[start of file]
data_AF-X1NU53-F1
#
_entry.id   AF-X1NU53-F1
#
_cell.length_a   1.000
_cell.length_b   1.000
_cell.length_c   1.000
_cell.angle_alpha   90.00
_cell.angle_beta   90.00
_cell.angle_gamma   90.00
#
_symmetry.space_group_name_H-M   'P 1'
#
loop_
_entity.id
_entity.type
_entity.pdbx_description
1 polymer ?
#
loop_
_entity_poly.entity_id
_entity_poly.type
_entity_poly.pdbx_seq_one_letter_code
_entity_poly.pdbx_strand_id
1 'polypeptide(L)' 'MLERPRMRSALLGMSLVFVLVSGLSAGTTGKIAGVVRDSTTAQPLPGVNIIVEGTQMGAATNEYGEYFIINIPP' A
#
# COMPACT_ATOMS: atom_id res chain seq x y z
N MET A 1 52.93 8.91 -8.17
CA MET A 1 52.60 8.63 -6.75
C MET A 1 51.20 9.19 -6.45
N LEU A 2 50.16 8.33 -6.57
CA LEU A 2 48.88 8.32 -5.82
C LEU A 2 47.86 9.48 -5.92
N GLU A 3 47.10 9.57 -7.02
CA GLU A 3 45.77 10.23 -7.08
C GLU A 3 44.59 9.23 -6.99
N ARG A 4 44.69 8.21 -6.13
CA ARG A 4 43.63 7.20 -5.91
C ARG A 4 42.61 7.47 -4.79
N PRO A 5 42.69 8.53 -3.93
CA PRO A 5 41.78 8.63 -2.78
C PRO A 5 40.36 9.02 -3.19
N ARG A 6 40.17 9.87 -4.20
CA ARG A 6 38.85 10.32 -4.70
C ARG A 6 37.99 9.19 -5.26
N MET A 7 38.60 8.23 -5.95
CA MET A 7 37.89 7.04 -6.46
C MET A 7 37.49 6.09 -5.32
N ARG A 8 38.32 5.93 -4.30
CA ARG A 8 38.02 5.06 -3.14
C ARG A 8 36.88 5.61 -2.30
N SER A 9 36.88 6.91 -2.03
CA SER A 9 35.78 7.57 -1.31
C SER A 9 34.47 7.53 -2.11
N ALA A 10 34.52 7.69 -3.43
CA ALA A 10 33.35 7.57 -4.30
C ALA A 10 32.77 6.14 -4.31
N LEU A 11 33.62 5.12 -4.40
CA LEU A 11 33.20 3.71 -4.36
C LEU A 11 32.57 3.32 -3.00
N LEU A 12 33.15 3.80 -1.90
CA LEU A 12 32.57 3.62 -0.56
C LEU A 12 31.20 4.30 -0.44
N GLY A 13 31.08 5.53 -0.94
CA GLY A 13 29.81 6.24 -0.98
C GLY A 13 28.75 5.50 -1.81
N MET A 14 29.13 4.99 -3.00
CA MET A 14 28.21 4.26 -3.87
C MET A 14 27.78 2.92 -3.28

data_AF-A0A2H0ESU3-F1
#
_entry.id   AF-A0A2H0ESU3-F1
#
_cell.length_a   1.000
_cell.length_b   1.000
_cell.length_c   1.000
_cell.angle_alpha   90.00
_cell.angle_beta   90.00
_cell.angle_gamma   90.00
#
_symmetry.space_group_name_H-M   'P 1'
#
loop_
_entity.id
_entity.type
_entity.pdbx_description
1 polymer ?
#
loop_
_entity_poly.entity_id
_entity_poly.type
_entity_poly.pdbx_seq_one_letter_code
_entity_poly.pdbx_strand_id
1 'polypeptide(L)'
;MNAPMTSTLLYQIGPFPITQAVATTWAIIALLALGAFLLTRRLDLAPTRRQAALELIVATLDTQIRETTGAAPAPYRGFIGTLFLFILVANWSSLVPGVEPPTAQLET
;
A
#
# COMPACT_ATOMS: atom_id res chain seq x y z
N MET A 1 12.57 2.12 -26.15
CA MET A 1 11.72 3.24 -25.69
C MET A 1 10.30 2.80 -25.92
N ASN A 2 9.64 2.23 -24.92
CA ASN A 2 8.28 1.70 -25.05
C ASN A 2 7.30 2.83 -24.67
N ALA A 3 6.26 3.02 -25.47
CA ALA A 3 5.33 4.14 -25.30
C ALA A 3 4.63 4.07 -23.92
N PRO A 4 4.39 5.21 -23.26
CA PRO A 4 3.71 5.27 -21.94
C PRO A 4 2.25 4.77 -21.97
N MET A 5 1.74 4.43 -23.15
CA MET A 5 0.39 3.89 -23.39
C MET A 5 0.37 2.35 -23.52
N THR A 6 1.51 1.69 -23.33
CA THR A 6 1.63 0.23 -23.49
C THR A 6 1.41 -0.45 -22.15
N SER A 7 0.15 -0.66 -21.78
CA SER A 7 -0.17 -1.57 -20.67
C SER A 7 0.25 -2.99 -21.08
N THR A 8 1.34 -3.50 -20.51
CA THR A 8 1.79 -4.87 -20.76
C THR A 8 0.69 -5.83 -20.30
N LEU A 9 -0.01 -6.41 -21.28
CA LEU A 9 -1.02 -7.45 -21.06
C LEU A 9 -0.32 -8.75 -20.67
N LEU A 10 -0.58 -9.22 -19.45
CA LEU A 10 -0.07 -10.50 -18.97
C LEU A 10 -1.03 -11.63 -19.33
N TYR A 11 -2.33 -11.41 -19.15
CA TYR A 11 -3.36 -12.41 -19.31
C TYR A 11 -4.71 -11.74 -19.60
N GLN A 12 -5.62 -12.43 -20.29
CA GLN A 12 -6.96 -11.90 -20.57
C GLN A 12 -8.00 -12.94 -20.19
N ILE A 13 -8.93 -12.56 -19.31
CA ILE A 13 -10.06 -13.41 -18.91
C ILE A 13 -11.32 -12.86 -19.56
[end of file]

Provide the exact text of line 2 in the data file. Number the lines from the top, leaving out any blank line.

#